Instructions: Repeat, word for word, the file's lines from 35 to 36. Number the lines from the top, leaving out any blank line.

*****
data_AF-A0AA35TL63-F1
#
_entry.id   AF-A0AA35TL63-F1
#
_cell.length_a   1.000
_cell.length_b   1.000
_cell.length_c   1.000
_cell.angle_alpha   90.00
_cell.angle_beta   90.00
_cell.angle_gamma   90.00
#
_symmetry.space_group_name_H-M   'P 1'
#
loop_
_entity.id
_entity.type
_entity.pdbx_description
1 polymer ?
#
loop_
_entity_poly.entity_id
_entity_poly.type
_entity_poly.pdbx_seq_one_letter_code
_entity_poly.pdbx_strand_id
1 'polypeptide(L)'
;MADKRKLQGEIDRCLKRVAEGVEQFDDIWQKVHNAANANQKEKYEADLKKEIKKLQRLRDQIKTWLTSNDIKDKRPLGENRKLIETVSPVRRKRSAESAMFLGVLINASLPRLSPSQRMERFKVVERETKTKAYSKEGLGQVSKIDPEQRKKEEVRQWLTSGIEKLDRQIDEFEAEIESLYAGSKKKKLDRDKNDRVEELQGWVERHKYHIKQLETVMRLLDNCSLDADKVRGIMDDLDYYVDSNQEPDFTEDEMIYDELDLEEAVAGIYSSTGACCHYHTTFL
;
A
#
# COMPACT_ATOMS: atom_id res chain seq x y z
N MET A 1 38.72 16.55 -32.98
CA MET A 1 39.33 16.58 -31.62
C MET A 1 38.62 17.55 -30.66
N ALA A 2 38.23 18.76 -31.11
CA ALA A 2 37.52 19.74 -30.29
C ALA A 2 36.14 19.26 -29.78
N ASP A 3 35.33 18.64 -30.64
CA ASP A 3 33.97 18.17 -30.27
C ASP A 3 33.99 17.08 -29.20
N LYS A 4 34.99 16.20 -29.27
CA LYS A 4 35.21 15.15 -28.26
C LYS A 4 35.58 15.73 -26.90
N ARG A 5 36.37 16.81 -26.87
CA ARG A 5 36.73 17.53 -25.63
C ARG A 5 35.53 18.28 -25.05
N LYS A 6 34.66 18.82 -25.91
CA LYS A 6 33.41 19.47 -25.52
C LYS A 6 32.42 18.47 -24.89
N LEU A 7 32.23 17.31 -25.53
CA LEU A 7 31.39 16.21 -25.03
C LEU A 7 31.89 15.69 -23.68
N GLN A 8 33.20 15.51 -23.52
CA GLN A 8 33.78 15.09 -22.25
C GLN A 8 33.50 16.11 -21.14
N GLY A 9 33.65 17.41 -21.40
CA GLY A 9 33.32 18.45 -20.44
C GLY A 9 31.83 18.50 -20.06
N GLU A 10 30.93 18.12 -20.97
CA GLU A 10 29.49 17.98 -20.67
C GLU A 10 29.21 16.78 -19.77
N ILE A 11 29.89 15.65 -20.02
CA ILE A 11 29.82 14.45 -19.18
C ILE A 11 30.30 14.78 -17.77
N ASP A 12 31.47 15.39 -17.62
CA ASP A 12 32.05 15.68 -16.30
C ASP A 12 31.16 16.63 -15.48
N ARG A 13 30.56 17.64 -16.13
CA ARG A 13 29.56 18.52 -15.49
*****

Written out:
CA ALA A 2 37.52 19.74 -30.29
C ALA A 2 36.14 19.26 -29.78